Canker sores in children can be a pain
Posted: December 28, 2012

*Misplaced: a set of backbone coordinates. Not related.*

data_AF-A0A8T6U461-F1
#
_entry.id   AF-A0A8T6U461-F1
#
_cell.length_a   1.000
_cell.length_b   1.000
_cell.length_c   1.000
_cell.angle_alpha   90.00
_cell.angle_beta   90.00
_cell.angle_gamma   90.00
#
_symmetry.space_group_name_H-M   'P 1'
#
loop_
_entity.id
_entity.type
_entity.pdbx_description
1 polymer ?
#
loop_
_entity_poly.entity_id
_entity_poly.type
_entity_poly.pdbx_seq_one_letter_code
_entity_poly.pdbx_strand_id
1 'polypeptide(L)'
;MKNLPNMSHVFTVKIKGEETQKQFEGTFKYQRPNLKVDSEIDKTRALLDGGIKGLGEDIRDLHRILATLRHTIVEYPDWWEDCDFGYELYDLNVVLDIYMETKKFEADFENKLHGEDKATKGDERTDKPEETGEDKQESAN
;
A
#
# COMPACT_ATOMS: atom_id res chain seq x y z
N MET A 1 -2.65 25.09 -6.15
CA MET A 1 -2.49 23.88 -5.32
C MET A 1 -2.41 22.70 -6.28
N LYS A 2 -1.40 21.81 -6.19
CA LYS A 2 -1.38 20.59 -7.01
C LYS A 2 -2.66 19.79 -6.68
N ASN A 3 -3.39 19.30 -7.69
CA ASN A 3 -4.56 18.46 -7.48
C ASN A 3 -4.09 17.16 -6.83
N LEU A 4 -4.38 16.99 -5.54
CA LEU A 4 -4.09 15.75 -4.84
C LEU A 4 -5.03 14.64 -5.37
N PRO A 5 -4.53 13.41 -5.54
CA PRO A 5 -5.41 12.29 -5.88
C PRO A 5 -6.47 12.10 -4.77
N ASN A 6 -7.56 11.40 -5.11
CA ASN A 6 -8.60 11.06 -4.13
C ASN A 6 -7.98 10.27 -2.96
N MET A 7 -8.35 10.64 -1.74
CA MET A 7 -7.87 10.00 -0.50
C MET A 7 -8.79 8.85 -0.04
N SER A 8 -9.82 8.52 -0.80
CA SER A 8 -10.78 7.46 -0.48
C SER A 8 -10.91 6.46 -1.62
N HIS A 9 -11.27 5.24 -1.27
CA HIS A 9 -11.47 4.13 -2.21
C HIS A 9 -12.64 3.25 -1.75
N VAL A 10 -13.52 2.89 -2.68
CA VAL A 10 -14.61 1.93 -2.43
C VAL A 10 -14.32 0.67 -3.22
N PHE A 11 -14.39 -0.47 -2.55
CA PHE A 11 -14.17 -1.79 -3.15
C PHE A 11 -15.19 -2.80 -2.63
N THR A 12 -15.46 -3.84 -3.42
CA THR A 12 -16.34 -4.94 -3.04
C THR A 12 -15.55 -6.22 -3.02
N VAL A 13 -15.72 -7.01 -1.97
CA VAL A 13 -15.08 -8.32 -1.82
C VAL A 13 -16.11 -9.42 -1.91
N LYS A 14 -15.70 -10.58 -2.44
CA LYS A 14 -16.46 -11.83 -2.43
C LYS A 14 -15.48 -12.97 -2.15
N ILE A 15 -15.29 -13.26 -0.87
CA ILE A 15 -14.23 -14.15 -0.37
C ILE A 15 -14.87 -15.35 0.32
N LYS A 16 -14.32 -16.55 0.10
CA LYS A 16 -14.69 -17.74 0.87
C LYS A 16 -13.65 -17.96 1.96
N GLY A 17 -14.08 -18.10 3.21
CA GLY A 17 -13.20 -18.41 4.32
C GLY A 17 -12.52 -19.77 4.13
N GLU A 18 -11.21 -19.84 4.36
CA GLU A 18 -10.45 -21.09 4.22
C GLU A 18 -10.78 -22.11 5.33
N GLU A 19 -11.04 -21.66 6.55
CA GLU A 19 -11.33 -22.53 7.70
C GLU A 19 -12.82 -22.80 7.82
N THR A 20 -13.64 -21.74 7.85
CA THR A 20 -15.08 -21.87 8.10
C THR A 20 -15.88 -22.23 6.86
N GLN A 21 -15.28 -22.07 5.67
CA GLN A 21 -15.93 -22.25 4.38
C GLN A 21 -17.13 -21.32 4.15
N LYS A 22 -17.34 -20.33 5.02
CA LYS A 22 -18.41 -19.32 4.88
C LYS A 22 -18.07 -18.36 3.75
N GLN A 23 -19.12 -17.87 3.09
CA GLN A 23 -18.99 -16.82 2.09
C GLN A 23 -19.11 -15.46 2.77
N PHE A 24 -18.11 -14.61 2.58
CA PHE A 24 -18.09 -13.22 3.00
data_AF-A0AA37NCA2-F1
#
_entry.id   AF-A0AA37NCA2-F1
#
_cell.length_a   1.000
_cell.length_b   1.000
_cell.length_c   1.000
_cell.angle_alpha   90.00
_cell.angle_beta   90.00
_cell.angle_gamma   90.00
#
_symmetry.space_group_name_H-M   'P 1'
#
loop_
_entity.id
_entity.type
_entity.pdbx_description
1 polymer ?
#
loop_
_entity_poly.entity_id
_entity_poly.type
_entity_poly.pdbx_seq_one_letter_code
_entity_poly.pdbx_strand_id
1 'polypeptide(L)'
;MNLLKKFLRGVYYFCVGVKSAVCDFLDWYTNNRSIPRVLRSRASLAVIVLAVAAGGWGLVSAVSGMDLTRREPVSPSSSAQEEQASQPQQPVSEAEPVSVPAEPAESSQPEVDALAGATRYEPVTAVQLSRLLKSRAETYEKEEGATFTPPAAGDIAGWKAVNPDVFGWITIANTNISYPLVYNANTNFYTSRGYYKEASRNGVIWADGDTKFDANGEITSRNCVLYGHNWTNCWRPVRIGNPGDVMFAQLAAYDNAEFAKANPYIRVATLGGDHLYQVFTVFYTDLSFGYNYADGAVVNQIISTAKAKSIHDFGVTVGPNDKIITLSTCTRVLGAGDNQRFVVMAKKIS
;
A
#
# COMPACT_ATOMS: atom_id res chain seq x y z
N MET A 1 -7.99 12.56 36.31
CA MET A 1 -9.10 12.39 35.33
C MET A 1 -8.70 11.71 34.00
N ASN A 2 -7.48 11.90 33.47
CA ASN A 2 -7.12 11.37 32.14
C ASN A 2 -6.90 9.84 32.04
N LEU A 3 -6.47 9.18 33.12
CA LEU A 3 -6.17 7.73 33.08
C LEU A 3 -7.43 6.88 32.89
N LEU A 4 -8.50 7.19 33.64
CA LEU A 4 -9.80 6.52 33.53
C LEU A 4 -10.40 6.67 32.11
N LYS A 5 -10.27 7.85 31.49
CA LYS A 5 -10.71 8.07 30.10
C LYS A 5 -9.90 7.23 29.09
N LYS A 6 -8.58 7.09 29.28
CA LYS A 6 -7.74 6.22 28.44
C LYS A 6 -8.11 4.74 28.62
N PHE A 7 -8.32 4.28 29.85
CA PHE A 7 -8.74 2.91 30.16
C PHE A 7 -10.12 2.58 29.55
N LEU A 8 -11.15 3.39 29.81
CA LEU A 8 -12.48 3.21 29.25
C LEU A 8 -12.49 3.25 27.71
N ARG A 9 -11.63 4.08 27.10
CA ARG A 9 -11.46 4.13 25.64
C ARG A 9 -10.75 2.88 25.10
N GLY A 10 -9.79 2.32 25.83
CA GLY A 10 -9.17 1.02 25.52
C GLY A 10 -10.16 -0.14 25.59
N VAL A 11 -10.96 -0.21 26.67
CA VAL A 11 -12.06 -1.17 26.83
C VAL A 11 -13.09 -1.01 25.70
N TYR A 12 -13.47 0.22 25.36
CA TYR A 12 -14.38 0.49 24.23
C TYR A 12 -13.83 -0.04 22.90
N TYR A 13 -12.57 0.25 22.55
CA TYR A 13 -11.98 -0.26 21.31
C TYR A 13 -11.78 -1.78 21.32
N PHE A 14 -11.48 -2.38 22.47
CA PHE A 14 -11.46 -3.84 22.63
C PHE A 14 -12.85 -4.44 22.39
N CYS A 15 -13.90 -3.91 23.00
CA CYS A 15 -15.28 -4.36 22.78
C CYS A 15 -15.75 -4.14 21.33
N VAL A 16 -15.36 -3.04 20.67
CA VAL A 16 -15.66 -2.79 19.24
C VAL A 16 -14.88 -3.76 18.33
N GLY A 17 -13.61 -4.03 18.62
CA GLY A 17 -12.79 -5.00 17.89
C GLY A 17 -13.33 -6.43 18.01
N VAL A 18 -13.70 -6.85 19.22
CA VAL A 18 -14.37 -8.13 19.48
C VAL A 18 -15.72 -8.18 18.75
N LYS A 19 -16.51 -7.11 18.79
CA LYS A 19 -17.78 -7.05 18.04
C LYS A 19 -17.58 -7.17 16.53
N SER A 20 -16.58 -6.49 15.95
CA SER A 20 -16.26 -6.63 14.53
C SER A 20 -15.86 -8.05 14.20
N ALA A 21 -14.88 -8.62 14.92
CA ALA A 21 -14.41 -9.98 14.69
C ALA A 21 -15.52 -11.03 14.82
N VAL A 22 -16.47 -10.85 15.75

Getting canker sores is a real pain in the butt! And for little kids, they can be painful - making drinking, eating and even brushing teeth a difficult task. One in five people get these uncomfortable mouth ulcers, which can occur inside the mouth, cheeks, lips, throat or even on the tongue. Although these can often be confused with cold sores, they aren't contagious and usually go away overtime. Here are some ways to avoid these uncomfortable sores or prevent them from coming back. If you have canker sores, chances are your child will too - they have a 90 percent chance! While luckily they aren't harmful, no one is really sure where they come from. However, one's diet is likely to exacerbate the occurrence of them. Children are often very difficult eaters, so getting them to eat food that will prevent canker sores can pose a challenge. These often show up because our diets lack enough vitamin B12, folic acid and iron, and if your child has food allergies, they are even more likely to pop up. Canker sores can also be caused by minor trauma in the mouth such as a cut in the mouth. So if a child accidentally bites the side of their mouth, it could turn into a canker sore later. What is a canker sore? Canker sores come in three different varieties, although the most common is minor. If you notice a small, red spot that can reach up to an inch in diameter - but is commonly much smaller - this is a canker sore! It will feel tingly or burn a little, and over time it will swell up, burst and leave a "open" wound. This can get really sensitive especially when eating citrus or hot foods. Often times it takes about two weeks for a canker sore to heal completely, but it usually will only be bothersome for the first three to four days. Prevention If your child is prone to canker sores, you may want to switch their toothpaste to something without sodium laurel sulfate. This is the detergent in toothpaste that makes it foam up, but it actually isn't good for us. It tends to cause dry mouth, so eliminating this detergent from your child's regular routine could help with problems later in life. Dry mouth may seem minor, but it can lead to bad breath and other oral health issues later in life. It is important to make sure your child is practicing good oral hygiene everyday. Some children loathe the time they have to spend in the bathroom brushing and flossing, but getting them used to the habit at a young age will help them greatly later in life. Parents can brush their teeth at the same time as children so they are brushing and flossing for the correct amount of time, and they'll have a good influence to look up to. When your child has a canker sore, using a cotton swab with peroxide on it can help soothe the area and encourage a faster healing process. You can also try a rinse mixture by combining 2 ounces of hydrogen peroxide and 2 ounces of water, or 4 ounces of water with 1 teaspoon of salt and 1 teaspoon baking soda. If your child doesn't like the taste - who could blame them - you can also use a wet black tea bag. Tea contains tannins that will relieve the pain in the sore.